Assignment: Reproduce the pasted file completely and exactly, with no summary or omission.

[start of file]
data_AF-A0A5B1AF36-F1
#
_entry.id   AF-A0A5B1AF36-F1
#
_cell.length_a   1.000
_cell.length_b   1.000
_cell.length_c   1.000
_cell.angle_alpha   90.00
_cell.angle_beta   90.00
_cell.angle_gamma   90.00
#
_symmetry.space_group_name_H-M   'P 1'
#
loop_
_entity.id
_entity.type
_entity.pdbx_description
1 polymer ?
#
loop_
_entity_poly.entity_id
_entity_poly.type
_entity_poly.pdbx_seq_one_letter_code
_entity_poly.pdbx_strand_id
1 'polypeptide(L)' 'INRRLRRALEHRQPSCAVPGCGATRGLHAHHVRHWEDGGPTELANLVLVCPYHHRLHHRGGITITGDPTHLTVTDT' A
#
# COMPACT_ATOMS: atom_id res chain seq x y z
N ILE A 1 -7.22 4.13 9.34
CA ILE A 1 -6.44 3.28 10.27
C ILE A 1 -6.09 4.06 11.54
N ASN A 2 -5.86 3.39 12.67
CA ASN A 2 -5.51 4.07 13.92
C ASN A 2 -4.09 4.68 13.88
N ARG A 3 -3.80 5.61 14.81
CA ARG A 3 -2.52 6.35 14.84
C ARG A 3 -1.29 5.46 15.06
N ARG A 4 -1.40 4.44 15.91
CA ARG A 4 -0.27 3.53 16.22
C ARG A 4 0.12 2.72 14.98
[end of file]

data_AF-A0A5B1AF36-F1
#
_entry.id   AF-A0A5B1AF36-F1
#
_cell.length_a   1.000
_cell.length_b   1.000
_cell.length_c   1.000
_cell.angle_alpha   90.00
_cell.angle_beta   90.00
_cell.angle_gamma   90.00
#
_symmetry.space_group_name_H-M   'P 1'
#
loop_
_entity.id
_entity.type
_entity.pdbx_description
1 polymer ?
#
loop_
_entity_poly.entity_id
_entity_poly.type
_entity_poly.pdbx_seq_one_letter_code
_entity_poly.pdbx_strand_id
1 'polypeptide(L)' 'INRRLRRALEHRQPSCAVPGCGATRGLHAHHVRHWEDGGPTELANLVLVCPYHHRLHHRGGITITGDPTHLTVTDT' A
#
# COMPACT_ATOMS: atom_id res chain seq x y z
N ILE A 1 -7.22 4.13 9.34
CA ILE A 1 -6.44 3.28 10.27
C ILE A 1 -6.09 4.06 11.54
N ASN A 2 -5.86 3.39 12.67
CA ASN A 2 -5.51 4.07 13.92
C ASN A 2 -4.09 4.68 13.88
N ARG A 3 -3.80 5.61 14.81
CA ARG A 3 -2.52 6.35 14.84
C ARG A 3 -1.29 5.46 15.06
N ARG A 4 -1.40 4.44 15.91
CA ARG A 4 -0.27 3.53 16.22
C ARG A 4 0.12 2.72 14.98